The highest seeded debutantes Slovakia qualified against the odds in a group comprising of Spain and Ukraine, and even handed Spain their first defeat in qualifying in Zilina last year. Slovakia don’t score in truckloads, and neither are they as leaky as the Czechs. Jan Kozak’s side boast of a wellrounded team led by Napoli’s Marek Hamsik, and will fancy their chances of causing an upset or two at the finals.
Hungary will make their return to the European Championships after a long 44 year gap, and they took the long route to make it through to the finals. A 3–1 playoffs win over Norway did the job, and they are one of the biggest underdogs at next summer’s finals. Coach Bernd Storck might have reached the ceiling with his team, and there are chances Hungary could be one of the whipping boys.
Turkey make a return to the finals after finishing the qualification campaign as the best third-placed team. Fatih Terim’s side finished comfortably ahead of the Netherlands in group A, and will be hoping to emulate their semi-final appearance in Euro 2008 and perhaps take a step further. They are in pot 4, however, and could be drawn in an unforgiving group.
REPUBLIC OF IRELAND
Martin O’Neill’s side pulled off two professional performances in the playoffs to qualify for the finals at the expense of Bosnia-Herzegovina. The Boys in Green negotiated a tough qualifying group comprising of Germany, Poland and Scotland, and even finished the qualification stages by conceding the least amount of goals in their group. Only their third appearance, O’Neill will be keen to improve on Euro 2012’s group stage exit.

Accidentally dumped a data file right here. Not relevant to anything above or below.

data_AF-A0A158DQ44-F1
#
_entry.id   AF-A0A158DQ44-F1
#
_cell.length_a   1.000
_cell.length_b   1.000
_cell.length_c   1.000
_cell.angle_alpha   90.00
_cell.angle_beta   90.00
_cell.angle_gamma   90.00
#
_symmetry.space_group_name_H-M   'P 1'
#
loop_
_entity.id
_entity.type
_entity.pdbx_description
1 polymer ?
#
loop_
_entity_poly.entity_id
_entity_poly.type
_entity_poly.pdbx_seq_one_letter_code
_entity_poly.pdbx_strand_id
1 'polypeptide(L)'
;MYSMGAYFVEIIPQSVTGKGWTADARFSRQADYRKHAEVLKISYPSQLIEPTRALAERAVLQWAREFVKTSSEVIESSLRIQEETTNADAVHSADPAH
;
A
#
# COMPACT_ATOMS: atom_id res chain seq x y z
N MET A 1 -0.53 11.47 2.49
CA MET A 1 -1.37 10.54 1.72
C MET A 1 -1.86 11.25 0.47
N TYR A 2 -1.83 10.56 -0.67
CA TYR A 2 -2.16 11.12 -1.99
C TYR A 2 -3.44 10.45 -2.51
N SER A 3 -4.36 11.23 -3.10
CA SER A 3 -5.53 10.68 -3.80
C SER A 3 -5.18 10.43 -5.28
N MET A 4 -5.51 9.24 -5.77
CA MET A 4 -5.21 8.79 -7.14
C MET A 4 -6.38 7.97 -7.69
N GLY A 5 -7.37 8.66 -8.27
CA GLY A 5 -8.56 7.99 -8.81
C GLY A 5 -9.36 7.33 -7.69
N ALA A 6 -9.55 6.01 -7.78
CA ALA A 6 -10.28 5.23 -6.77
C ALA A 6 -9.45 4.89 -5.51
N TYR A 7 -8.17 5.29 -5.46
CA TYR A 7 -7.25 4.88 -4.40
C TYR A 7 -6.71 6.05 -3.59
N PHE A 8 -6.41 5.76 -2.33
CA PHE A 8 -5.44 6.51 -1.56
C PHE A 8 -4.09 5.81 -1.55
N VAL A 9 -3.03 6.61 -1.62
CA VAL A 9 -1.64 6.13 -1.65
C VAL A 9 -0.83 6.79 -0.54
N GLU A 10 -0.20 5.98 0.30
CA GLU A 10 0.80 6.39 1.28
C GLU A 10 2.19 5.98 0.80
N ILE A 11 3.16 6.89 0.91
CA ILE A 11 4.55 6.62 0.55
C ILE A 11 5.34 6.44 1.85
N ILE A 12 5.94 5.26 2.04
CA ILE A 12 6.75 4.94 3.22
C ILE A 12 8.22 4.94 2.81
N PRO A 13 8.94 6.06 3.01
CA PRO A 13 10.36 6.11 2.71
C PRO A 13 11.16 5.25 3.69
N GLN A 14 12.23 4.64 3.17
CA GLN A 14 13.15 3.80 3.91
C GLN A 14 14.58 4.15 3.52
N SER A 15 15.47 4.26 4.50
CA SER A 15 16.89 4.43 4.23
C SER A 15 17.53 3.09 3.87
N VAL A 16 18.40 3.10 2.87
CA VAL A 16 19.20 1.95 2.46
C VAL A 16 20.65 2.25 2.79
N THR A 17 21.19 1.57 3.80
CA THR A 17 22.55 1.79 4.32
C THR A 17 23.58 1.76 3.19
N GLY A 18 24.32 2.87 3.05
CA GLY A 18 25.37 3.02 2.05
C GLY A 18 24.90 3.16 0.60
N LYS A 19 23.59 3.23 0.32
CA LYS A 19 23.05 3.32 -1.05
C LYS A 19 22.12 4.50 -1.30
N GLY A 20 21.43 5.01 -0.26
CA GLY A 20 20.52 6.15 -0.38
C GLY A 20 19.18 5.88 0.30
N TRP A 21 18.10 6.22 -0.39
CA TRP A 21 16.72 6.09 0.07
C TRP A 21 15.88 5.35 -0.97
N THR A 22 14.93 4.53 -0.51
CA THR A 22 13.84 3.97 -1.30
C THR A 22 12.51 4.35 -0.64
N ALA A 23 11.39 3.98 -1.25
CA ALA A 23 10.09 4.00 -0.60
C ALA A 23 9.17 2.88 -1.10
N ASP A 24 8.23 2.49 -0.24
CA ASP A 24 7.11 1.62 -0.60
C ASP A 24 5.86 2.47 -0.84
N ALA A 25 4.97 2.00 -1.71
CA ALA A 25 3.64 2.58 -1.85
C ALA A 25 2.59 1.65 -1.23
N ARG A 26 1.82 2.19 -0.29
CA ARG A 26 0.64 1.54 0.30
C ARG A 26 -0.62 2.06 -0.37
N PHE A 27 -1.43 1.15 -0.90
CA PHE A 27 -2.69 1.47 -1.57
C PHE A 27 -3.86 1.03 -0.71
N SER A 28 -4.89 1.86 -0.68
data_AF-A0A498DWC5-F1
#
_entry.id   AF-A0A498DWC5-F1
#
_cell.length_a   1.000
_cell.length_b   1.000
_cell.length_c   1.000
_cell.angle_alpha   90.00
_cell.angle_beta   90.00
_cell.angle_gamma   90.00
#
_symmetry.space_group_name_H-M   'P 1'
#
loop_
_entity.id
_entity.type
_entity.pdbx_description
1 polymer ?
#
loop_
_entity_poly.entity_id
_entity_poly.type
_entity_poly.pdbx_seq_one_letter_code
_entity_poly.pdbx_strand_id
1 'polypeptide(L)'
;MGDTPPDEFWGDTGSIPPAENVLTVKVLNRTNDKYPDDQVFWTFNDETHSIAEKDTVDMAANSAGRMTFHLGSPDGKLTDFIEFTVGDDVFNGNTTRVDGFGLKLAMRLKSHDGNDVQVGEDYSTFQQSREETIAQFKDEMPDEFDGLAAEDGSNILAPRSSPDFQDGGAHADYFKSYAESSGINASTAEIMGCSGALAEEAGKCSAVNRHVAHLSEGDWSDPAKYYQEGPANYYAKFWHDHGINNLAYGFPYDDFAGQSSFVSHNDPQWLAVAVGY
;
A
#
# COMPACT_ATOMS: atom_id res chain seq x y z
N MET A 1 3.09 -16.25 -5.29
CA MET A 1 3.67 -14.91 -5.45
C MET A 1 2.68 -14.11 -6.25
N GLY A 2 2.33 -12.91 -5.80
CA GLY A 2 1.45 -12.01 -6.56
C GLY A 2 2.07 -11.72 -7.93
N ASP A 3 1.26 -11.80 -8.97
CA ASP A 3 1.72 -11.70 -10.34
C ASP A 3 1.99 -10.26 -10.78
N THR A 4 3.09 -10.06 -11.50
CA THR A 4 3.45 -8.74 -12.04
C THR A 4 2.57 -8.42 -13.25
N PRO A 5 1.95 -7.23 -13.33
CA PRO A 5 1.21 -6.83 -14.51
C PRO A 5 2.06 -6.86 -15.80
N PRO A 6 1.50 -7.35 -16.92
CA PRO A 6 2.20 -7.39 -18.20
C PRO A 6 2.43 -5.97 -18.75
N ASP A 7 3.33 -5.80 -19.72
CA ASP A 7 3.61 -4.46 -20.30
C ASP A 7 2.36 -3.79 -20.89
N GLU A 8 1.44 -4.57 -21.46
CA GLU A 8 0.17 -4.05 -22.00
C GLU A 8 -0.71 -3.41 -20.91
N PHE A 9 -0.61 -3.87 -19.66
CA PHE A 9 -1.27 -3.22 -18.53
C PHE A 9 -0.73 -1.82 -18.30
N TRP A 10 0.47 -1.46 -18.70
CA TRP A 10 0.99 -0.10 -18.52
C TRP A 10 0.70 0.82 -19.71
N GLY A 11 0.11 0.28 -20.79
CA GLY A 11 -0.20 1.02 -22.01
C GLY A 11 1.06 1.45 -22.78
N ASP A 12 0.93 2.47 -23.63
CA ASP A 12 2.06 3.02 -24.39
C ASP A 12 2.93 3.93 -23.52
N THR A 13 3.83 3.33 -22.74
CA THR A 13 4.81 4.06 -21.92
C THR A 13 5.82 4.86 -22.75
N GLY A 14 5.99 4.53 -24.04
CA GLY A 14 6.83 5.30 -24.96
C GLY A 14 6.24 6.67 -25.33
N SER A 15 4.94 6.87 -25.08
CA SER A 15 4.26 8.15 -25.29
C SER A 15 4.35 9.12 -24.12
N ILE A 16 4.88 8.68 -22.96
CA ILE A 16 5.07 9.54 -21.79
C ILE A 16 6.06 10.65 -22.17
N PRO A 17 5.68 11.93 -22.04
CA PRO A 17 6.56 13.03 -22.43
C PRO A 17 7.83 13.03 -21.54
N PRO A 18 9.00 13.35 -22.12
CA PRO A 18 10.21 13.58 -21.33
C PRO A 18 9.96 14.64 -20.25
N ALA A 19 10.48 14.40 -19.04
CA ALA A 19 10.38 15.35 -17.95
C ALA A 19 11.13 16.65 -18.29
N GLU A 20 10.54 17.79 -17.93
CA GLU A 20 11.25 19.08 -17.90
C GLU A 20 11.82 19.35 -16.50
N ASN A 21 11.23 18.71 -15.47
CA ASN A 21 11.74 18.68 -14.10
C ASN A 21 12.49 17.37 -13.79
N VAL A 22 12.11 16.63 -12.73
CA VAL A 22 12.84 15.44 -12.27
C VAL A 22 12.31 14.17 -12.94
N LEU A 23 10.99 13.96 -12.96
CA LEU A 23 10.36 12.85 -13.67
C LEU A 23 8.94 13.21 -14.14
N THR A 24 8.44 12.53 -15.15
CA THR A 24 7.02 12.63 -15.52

One of the stories of the qualification campaign, Lars Lagerback’s Iceland surprised all and sundry by finishing in one of the two automatic qualification spots ahead of Turkey and the Netherlands. Aided by a rock-solid defence, Iceland will look to Gylfi Sigurdsson for inspiration in what will be their debut European Championship finals appearance.
Wales ended their long wait for a major international tournament appearance as they easily secured their passage into next summer’s finals by finishing second in their group behind Belgium. Led by the superlative attacking tools of Gareth Bale and a defence that conceded only four goals in the entire campaign, Wales carry the shortest odds among all the pot 4 teams and opponents will hate to have Chris Coleman’s side in the same group.
Another debutante is Gianni De Biasi’s Albania who upset the apple cart by finishing ahead of Serbia and former champions Denmark in the qualification stages. The most miserly team in the qualification campaign to qualify for the finals, Albania lack quality throughout the pitch and their lack of experience at the top level could be their undoing and like Hungary, could end up being the whipping boys of the tournament.
One of the four home nations to qualify, Northern Ireland eased through their qualification group in top spot, winning six of their ten games. Michael O’Neill’s side will be making their European Championship bow as the lowest seeded team of the lot, and they will look forward to qualification round top scorer Kyle Lafferty’s goals to have any chance of making a mark on the big stage.